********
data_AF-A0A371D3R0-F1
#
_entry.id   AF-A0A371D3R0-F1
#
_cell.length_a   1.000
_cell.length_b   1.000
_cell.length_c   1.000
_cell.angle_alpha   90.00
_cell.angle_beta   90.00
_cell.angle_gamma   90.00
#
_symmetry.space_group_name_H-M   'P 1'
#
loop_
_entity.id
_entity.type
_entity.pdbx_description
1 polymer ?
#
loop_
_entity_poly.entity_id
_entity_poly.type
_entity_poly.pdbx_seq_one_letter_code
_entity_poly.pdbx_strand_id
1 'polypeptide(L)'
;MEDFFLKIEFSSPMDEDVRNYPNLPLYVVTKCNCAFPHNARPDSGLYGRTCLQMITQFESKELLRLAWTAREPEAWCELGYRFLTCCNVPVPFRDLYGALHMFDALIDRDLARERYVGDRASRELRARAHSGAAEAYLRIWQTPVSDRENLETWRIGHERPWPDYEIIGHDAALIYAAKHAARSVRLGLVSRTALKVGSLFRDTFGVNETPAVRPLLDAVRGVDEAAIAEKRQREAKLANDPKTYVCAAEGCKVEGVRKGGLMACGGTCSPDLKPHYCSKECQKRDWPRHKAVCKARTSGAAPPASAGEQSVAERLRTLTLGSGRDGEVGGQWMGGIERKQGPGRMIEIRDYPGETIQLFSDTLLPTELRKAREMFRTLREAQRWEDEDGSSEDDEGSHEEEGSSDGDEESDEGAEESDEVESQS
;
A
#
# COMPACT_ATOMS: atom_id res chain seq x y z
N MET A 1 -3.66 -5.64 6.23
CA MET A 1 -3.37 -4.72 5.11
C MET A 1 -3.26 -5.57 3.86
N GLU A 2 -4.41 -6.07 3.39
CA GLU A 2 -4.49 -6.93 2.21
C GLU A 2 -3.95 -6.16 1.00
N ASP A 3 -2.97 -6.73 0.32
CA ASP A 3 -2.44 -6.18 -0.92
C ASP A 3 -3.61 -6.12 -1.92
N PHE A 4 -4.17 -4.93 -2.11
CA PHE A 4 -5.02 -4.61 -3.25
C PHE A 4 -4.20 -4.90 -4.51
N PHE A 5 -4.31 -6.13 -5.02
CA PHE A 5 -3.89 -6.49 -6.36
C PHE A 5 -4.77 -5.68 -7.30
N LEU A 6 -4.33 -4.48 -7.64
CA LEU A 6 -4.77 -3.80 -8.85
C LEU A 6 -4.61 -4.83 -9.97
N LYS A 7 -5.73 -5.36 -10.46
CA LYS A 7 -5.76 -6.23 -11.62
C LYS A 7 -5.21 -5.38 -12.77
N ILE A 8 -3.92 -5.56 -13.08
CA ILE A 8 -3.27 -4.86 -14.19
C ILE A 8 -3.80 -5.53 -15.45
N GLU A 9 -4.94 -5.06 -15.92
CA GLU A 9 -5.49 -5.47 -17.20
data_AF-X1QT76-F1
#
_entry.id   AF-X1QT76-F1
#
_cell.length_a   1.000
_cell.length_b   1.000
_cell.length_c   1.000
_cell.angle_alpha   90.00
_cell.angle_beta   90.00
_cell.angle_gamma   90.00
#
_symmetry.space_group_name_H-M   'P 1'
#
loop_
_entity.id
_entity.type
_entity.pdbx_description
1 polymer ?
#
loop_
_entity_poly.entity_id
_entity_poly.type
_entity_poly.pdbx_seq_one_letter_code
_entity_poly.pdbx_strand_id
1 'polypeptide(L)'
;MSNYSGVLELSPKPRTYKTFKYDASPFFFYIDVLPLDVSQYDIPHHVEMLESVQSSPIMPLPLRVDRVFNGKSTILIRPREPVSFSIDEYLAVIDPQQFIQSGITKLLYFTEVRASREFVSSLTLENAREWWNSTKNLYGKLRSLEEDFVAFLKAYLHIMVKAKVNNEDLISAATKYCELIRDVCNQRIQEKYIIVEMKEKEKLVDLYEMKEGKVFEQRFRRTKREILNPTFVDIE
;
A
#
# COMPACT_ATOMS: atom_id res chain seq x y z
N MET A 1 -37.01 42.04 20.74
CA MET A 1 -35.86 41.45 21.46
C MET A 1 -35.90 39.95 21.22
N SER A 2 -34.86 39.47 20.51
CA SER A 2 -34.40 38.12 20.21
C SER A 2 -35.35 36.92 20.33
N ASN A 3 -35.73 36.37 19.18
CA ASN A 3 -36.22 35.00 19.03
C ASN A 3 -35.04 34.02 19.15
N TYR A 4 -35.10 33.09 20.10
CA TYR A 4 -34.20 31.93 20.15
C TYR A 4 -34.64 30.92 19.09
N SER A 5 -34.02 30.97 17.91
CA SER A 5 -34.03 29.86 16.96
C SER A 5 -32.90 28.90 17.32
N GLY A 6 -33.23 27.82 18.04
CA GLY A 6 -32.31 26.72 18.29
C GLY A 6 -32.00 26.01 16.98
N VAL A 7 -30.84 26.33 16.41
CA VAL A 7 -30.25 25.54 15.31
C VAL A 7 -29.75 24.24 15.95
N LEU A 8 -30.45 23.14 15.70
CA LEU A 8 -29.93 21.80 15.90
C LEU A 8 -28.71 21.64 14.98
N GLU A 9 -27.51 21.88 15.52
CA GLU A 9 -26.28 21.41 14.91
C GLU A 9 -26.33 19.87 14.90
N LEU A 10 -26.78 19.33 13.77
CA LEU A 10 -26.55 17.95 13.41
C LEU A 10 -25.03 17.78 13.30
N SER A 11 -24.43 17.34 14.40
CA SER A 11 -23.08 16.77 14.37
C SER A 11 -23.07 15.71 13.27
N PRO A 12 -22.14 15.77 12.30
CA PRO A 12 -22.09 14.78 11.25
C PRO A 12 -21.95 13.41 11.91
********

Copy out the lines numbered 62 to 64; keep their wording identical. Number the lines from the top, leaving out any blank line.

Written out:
_cell.length_b   1.000
_cell.length_c   1.000
_cell.angle_alpha   90.00